HOT TALK: Trace Goes Hollywood, Bellamys Sue

And Some Voices From the Past Year

(HOT TALK is a weekly column by longtime contributing writer and former Billboard country music editor Edward Morris.)

Trace Adkins Back on Hollywood Squares
Trace Adkins will tape a week’s worth of Hollywood Squares shows on Jan. 11. The episodes will air April 4-9. This is Adkins’ second time to do the game show series.

Bluegrass Legions Invade Nashville Feb. 5-8
Banjo alert! The Society for the Preservation of Bluegrass Music of America (SPBGMA) will hold its mammoth annual get-together Feb. 5-8 at the Sheraton Music City in Nashville. As usual, the event, which attracts thousands of pickers and fans, will feature band contests, showcases and an awards show. Acts scheduled to perform include IIIrd Tyme Out, Larry Cordle & Lonesome Standard Time, Ronnie Bowman, the Lynn Morris Band, New Found Road, the Lewis Family, Special Consensus, Carolina Road, J. D. Crowe & the New South, the Larry Stephenson Band, Albert E. Brumley Jr., Jimmy Bowen & Santa Fe, Honey Deaton & Dream, the Jeanette Williams Band, Tim Graves & Cherokee, Ryan Holladay, Melvin Goins, the Goldwing Express, Ronnie Reno & the Reno Tradition, the Marksmen, the Churchmen, David Parmley & Continental Divide, the Kenny & Amanda Smith Band, Mark Newton, Emma Smith, Michelle Nixon & Drive, Bluegrass Brigade, Al Wood & the Smokey Ridge Boys, the Warrior River Boys, Paul Williams & the Victory Trio and Williams & Clark Expedition.

Star Chatter: What They Were Saying This Year
Hot Talk reported on a lot of famous and fascinating folk during 2003. Here’s what some of them said.

“She is so fat and cute, and, oh my gosh, we’re all just falling more in love with her every day.” — Sara Evans rhapsodizing over her new daughter, Olivia.

“This fall and Christmas, what if each of us would buy — go to the record store and purchase — 10 albums each [to give to] our family, friends and ourselves as presents?” — Songwriter Bonnie Baker challenging fellow Music Row workers to help alleviate country music’s slumping record sales.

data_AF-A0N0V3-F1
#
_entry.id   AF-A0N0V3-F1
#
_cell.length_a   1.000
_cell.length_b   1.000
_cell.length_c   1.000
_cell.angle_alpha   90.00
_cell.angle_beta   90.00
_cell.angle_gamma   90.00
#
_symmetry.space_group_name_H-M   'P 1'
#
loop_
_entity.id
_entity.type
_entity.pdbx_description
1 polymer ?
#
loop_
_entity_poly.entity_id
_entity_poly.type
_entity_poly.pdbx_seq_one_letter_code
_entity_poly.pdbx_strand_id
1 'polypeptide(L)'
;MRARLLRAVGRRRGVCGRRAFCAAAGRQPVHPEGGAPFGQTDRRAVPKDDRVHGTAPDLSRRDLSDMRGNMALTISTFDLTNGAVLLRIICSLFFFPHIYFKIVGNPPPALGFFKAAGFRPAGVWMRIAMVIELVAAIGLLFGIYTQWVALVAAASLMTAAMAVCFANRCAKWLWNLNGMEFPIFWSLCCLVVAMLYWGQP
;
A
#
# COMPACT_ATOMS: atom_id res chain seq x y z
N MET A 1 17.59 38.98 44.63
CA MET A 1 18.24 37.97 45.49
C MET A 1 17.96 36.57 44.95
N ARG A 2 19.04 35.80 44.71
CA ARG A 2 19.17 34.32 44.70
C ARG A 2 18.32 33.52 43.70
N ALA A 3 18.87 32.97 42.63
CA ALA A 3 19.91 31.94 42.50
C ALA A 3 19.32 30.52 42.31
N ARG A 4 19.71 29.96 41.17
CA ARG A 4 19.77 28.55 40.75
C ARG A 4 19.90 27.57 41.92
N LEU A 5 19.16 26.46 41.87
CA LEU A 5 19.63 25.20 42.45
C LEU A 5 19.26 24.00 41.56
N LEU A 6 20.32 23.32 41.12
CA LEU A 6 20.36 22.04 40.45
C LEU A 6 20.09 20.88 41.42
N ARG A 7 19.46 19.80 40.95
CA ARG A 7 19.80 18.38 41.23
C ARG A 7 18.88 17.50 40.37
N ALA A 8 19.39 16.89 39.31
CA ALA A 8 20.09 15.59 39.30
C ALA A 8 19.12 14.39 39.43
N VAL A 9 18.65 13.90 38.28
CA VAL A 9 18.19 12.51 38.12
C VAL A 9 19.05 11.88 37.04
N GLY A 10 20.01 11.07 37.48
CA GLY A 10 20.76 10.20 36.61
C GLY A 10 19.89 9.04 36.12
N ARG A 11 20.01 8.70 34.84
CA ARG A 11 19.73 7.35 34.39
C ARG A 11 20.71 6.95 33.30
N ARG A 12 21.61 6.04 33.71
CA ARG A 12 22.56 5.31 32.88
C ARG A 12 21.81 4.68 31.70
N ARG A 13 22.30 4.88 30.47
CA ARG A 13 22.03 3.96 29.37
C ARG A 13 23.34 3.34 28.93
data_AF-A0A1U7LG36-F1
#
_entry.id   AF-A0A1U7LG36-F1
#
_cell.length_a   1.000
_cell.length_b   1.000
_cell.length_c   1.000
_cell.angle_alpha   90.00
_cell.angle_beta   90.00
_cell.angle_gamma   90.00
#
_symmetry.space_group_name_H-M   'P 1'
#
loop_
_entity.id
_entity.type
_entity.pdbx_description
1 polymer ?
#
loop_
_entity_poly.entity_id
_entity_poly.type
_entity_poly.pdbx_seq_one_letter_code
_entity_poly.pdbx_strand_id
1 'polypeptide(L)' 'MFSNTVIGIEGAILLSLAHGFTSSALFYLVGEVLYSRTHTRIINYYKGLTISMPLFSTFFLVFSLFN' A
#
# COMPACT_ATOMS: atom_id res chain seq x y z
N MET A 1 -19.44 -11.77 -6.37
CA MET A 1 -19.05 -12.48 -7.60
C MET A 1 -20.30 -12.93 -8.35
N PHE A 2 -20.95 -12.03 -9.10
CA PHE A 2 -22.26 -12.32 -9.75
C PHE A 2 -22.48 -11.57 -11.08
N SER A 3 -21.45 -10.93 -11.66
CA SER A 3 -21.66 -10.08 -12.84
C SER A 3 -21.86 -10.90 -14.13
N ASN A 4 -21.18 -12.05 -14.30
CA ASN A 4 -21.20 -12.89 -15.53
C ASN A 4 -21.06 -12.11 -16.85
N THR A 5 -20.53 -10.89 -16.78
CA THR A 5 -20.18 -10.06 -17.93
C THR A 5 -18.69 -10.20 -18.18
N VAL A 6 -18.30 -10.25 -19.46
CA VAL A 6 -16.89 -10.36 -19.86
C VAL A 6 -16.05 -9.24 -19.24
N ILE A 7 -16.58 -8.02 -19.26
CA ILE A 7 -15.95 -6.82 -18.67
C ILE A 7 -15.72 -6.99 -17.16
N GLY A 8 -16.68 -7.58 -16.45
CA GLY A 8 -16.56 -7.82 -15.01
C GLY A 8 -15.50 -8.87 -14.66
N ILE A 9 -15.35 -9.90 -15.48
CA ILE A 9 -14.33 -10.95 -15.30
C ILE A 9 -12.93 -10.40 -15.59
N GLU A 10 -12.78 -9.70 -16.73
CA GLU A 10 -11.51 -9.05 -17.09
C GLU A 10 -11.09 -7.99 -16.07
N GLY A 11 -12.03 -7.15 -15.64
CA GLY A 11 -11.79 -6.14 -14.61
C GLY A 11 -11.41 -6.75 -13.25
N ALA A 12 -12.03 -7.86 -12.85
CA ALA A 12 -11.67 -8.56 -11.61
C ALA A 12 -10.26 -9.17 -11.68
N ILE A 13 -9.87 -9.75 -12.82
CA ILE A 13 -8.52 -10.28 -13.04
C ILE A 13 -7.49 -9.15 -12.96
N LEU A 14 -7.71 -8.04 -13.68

“[We] were asking people if they did any bar gags, and [she] said, ’Yes, I put a bottle in my cleavage, and I drink from it. … She got the job.” — Producer Mark Kalbfeld telling the story behind the most memorable scene in Toby Keith’s music video, “I Love This Bar.”

“They just knocked my hat in the creek.” — Charlie Louvin’s reaction to watching James Taylor and Alison Krauss record “How’s the World Treating You,” the 1961 Louvin Brothers hit.

“I can’t imagine [recording] with anyone else. I don’t want to for that matter.” — Randy Travis speaking about his longtime producer, Kyle Lehning.

“He’s like a new kid to be around.” — Lehning talking about Travis, following the surprising No. 1 success of the singer’s “Two Wooden Crosses.”

“Our big secret was that we hoped we might sell 100,000 records.” — Guitarist Sean Watkins of the trio Nickel Creek, whose combined album sales now exceed a million.

“They’ve been together so long that they all drive white cars and park in formation.” — Pam Tillis describing the Jordanaires vocal group.

“The beauty of this video is that it has healing power.” — BMI’s Thomas Cain on Diamond Rio’s “I Believe,” in which he plays a guardian angel.

“You don’t show cleavage in bluegrass.” — Banjoist and columnist Murphy Henry responding to Rhonda Vincent’s revealing publicity photos.

“All of you are here to see my relics, all of the things I’ve collected over 60 years. There’s nothing great about it. It was just attached to me.” — Eddy Arnold at the opening of the Country Music Hall of Fame and Museum exhibit in his honor.

“The three young ladies won a battle they did not start. … Perhaps they realized intuitively that the opposition was weak and not very bright.” — Professor Jimmie N. Rogers, of the University of Arkansas, assessing the Dixie Chicks “patriotism” controversy.

“I don’t want to be a member of the generation that battled technology and forgot the music.” — John Grady, president of Sony Records/Nashville.

In Court: Bellamys vs. Distributor; Songwriter vs. Universal